ARM mobile facility completes aerosol campaign in India
The U.S. Department of Energy’s Atmospheric Radiation Measurement (ARM) Program mobile observing facility, AMF1, recently completed its deployment in Nainital, India, in support of the Ganges Valley Aerosol Experiment (GVAX). Argonne National Laboratory atmospheric scientist Rao Kotamarthi led the one-year campaign. Kotamarthi is the first national lab scientist to be awarded use of the ARM mobile facility.
The GVAX campaign is the first long-term collaborative climate research effort between the DOE and India's science-related agencies. The Indo-U.S. collaborative project deployed a full set of instruments to continuously measure atmospheric state, energy budgets, clouds, and aerosol properties in the Indo-Gangetic Plain. The data gathered during this campaign will allow researchers to study, among other things, the effects of aerosols on the plain’s hydrologic cycle. This region encompasses most of northern and eastern India and is bounded on the north by Himalaya Mountains that feed its numerous rivers—including the Ganges River that many millions of people rely on every day.
“Aerosols over the Indo-Gangetic basin is characterized by a mixture of most aerosol types,” said S.K. Satheesh, an assistant professor at the Centre for Atmospheric and Oceanic Sciences, Indian Institute of Science (IISc), Bangalore. “It is one of the best locations to study aerosol radiative impacts as well as aerosol-cloud relationships because of strong seasonal dependence on aerosol composition.”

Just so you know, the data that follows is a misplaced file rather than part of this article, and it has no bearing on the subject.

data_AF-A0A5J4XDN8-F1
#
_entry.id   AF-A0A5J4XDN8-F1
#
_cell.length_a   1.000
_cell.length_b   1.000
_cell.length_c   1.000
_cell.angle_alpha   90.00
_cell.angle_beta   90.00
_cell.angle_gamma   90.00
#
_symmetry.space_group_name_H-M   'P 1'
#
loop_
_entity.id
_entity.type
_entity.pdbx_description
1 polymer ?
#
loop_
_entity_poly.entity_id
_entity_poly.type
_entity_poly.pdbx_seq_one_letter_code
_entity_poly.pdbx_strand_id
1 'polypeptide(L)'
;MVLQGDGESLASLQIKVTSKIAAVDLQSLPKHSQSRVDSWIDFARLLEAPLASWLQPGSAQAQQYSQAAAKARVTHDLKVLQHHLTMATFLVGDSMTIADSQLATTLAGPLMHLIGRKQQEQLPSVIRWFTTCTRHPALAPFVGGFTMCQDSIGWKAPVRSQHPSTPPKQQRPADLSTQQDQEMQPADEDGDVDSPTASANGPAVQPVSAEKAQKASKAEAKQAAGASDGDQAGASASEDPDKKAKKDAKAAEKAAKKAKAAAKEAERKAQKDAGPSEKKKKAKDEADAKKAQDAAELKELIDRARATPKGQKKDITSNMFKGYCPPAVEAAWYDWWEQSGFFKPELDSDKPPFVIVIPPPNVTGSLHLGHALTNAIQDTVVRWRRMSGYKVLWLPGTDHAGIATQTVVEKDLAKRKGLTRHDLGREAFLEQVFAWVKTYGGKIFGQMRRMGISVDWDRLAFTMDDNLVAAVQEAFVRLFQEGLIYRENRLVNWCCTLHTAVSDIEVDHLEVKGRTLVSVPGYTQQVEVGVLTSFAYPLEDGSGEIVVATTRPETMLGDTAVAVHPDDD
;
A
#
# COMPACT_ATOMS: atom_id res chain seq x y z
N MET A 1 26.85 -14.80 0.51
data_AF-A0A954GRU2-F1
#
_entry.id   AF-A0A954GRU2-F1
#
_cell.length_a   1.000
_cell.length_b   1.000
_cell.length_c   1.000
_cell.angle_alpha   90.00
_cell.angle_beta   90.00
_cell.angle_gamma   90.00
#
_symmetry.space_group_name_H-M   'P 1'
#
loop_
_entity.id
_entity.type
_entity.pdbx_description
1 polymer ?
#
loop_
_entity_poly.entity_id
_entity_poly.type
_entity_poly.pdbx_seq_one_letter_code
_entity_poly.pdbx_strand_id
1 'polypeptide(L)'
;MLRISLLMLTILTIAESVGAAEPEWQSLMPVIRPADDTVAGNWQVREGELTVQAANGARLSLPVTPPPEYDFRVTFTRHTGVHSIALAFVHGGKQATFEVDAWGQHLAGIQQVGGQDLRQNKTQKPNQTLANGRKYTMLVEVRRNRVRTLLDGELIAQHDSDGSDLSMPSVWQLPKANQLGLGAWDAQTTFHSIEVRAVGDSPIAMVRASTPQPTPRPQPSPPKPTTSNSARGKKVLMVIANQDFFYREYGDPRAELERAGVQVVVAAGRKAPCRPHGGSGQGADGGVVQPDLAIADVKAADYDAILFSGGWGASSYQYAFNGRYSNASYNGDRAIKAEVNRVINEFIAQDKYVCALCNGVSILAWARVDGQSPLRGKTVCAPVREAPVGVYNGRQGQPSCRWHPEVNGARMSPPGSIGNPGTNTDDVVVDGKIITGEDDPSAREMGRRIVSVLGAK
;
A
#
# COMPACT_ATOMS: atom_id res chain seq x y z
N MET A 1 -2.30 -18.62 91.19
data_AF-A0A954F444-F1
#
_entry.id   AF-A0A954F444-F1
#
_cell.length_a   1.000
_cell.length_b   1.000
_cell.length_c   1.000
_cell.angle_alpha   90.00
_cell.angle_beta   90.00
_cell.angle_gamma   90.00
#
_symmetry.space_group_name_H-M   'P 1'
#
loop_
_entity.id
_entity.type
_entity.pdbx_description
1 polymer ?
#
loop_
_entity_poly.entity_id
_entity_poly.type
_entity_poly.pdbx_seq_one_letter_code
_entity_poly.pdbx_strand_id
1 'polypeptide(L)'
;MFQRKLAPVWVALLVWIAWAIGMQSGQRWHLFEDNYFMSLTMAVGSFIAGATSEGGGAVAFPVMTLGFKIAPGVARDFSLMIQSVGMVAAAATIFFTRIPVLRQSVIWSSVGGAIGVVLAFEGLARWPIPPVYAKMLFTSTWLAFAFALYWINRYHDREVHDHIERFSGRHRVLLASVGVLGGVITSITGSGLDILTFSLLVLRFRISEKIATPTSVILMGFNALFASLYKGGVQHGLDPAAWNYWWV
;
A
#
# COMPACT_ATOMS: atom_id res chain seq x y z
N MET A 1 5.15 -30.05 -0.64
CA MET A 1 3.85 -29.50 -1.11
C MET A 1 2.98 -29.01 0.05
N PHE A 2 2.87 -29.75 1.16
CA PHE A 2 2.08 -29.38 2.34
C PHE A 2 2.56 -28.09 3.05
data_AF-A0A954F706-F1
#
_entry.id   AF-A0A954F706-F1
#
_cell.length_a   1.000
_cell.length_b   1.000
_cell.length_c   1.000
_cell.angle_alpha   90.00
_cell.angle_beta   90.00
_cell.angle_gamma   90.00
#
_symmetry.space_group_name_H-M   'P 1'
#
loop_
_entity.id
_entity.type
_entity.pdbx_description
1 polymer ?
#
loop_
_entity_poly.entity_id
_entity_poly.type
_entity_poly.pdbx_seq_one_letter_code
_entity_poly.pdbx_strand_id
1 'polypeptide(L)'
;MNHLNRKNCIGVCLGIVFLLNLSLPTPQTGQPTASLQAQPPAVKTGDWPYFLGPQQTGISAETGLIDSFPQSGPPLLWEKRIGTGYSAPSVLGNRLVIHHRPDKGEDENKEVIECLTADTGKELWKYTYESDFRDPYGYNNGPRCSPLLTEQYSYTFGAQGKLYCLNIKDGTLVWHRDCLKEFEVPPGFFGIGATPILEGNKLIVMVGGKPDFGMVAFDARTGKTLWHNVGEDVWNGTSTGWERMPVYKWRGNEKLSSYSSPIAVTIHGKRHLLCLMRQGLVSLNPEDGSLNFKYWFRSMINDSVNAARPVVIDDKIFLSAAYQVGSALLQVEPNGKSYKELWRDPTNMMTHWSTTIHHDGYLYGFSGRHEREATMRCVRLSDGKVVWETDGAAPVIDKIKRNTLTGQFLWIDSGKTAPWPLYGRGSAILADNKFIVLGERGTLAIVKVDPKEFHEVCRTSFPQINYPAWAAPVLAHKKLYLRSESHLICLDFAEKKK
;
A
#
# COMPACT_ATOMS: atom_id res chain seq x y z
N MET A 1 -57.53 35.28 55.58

Argonne’s Kotamarthi worked closely with colleagues from the IISc and the Aryabhatta Research Institute of Observational Sciences (ARIES) to gather a comprehensive set of measurements during pre-monsoon, monsoon, and post-monsoon seasons. The goal of the GVAX program is to gain a better understanding of the impact of these aerosols on the regional climate in general and on the monsoons in particular. The data set collected by the program thus has the potential of not only helping advance basic climate science, but also benefiting local communities by increasing the understanding of how the chemical and physical characteristics of the aerosols could affect them directly.
“Most models either assume uniform distribution of aerosols in the lower part of the atmosphere or that all the aerosols are above the atmospheric boundary layer with a smooth decay,” said Kotamarthi. “As a result of our research, we now have data that shows significantly distinct heating profiles from aerosols in the atmosphere.”
Researchers involved in GVAX campaign recently presented some preliminary data at the Atmospheric System Research Science Team Meeting in Crystal City, Virginia. Highlights included measurements of the subtropical jetstream over the Ganges Valley region, cloud cover and cloud heights for the monsoon period, and water vapor profiles through the various seasons.